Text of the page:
“I think people are behind us because we know that if we come together, we can do great things,” said Mike Royce, who is part of Chiarelli’s book. One Day at a Time”) said. Pre-dawn picket.

The writers also disrupted other events. Netflix canceled a large in-person presentation for advertisers in New York over concerns about the demonstrations. The streaming company also canceled an appearance by one of its co-CEOs, Ted Sarandos, who was due to be honored at the prestigious Penn America Literary Festival. Warner Bros. Discovery CEO David Zaslav’s Commencement Address at Boston University was interrupted by boos and chants of “Pay the writers!” From demonstrators and students alike.

The makeshift picket line disrupted individual production, but it is not clear whether it had any significant impact on the strike itself. Negotiations have not resumed since they broke down on May 1, and the industry is bracing for months of possible strikes.

Despite the billions of dollars invested in building streaming services by major Hollywood studios in recent years, their wages have stagnated, the authors argue. The Guild put the controversy into harsh terms, stating that “the survival of writing as a profession is at stake.”

But studios aren’t the only ones affected by the production shutdown. Crew members and other workers (drivers, set designers, caterers, etc.) lose their salaries. And as the shutdowns pile up and more people can’t work, some worry the writers will begin to erode the current goodwill from other workers.

Lindsay Dougherty is the lead host of Local 399, the Los Angeles division of Teamsters, with more than 6,000 movie people, from truck drivers to casting directors, location managers to animal trainers, who writers are turning down. represents. Her second generation of teamster, Ms. Doherty is one of the union’s few female leaders. Her plethora of tattoos, including that of former Teamster leader Jimmy Hoffa, and her frequently profane remarks made her something of a celebrity to the striking writers.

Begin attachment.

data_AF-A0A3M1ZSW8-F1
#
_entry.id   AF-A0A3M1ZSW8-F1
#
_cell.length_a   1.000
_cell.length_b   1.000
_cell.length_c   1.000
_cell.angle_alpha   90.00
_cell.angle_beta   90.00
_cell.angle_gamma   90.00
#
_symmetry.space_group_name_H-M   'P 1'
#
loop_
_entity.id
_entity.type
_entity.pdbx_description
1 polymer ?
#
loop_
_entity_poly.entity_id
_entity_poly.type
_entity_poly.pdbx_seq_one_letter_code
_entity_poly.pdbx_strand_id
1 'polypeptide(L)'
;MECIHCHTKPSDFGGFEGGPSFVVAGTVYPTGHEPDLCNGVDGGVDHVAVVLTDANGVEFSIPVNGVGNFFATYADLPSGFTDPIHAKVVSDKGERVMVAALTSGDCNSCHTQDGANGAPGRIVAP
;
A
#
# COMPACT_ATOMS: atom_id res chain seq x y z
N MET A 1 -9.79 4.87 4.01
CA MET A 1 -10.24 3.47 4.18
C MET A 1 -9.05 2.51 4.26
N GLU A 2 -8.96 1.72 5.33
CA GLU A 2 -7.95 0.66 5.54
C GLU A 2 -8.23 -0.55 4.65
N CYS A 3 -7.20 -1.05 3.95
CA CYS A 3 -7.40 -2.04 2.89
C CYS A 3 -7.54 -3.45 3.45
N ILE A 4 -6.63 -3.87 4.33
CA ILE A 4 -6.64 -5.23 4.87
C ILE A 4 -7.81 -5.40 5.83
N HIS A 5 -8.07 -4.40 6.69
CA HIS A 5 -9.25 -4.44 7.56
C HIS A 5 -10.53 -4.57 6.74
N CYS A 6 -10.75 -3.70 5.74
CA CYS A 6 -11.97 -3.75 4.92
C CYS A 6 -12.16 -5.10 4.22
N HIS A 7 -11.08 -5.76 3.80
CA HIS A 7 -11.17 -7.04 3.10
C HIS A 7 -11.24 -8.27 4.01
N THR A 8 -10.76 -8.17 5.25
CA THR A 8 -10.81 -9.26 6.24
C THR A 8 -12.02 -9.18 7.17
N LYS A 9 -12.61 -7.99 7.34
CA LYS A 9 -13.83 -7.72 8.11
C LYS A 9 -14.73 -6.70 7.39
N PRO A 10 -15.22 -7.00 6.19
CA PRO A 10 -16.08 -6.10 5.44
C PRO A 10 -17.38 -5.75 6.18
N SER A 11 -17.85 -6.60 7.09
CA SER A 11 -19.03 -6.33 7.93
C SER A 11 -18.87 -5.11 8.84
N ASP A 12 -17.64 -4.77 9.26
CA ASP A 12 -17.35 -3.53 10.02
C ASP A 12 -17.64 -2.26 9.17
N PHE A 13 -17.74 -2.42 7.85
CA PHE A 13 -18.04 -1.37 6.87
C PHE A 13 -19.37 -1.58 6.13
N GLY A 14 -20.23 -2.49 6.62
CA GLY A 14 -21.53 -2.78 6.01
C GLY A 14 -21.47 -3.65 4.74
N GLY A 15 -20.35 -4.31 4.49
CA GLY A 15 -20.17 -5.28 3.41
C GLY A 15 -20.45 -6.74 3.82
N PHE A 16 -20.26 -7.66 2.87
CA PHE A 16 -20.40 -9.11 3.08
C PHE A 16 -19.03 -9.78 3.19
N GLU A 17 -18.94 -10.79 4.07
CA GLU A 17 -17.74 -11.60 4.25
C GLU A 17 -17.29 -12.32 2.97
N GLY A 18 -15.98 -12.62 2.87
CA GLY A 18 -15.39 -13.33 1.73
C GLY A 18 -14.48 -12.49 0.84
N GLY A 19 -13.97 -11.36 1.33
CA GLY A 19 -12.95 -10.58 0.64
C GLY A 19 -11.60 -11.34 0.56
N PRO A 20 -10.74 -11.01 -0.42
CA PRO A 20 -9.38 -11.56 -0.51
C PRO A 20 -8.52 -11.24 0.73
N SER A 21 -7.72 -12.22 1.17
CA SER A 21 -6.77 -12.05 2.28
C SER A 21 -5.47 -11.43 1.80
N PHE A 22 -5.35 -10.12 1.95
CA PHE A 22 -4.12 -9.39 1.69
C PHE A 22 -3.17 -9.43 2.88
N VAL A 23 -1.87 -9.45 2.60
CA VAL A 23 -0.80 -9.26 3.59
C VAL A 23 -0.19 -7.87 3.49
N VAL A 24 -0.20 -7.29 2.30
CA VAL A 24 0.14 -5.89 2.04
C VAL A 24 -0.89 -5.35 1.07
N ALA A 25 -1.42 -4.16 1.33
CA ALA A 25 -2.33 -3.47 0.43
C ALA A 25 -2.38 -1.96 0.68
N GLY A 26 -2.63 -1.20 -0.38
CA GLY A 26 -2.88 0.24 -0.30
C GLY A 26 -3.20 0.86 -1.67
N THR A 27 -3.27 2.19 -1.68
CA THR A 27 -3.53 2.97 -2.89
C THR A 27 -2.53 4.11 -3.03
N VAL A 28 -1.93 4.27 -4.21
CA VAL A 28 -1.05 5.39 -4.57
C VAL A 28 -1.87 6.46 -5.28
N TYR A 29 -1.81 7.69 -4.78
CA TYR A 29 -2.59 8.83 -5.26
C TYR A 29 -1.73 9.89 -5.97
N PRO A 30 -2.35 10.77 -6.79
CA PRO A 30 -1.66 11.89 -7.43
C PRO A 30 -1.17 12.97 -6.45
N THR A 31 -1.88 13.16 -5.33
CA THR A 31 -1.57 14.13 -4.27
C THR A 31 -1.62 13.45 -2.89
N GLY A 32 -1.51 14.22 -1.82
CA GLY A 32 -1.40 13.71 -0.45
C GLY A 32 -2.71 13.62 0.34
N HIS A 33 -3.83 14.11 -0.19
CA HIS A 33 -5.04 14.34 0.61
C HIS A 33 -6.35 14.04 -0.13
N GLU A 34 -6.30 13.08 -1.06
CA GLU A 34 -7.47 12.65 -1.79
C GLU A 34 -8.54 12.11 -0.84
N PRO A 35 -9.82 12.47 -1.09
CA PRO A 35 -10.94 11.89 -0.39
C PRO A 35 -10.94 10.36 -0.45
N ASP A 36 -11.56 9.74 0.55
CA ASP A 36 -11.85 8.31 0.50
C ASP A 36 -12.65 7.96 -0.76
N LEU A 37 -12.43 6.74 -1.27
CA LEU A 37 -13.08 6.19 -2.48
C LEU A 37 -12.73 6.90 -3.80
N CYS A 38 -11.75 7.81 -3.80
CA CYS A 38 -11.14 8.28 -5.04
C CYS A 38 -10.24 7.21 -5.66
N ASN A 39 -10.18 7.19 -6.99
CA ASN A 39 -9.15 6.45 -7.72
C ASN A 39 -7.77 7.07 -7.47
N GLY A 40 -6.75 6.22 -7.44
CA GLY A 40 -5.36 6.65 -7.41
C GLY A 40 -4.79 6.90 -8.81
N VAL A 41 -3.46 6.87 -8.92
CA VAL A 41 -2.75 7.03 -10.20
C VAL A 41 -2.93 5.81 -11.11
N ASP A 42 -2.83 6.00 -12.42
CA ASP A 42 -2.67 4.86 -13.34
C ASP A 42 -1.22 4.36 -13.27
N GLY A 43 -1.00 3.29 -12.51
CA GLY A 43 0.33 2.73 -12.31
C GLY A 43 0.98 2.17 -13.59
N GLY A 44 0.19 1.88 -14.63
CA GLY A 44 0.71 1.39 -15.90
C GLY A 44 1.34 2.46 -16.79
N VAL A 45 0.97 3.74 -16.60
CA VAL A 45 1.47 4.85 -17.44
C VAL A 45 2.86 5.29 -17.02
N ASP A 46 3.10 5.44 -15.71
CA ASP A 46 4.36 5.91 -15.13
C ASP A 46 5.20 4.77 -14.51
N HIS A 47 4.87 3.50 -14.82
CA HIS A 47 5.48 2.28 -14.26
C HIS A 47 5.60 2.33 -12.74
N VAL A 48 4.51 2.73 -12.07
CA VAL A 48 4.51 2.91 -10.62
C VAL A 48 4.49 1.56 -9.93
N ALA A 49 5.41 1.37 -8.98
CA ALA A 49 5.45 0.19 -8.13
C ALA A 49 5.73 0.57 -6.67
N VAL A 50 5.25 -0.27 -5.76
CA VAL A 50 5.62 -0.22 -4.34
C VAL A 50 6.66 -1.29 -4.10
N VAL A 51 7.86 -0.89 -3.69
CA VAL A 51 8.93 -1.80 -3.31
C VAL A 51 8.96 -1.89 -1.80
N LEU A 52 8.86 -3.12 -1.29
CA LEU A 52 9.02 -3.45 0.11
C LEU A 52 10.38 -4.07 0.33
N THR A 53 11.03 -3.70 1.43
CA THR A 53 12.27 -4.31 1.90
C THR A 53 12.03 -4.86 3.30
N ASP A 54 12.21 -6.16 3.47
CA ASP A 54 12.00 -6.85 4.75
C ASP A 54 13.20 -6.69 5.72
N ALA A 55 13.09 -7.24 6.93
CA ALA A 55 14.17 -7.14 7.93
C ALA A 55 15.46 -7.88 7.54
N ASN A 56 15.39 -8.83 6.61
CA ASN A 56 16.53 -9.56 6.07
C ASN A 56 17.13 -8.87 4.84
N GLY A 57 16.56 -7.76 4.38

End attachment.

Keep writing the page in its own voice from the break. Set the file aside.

And her ties with the writers remain strong, she said.

“I think we all agree that streaming has changed the industry dramatically,” Dougherty said in an interview. “And the tech companies we’re negotiating with during the last writers’ strike — Amazon, Apple and Netflix — weren’t even in the conversation.”

When asked if the teamsters were tipping off the writers about the timing and location of production, she countered.

“The Writers Guild gets its cues from all kinds of different places. It’s clearly set,” she said.

In the meantime, Mr. Chiarelli continues to walk outside Fox Studios each day, hoping to turn a few trucks around. Some days I get results. A few other writers joined in on a recent morning, but he said five trucks were turned away.During a nighttime picketing at Fox, the trailer of the fake police car that was supposed to be filming turns tail at 2 a.m.

On other days, the picket line is even sparse, especially if the tip takes the group to another location.

He and Royce reminisce about their second day in the dark. It was pouring rain when two large trucks turned on their turn signals and prepared to enter the parking lot into the right-turn lane. Then they met the writers. The truck stopped on the side of the road and waited about 10 minutes before turning around.

They “walked past the entrance, honked their horns and waved at us,” Royce said. “It was thrilling.”

“I’ve been chasing that height ever since,” Chiarelli added.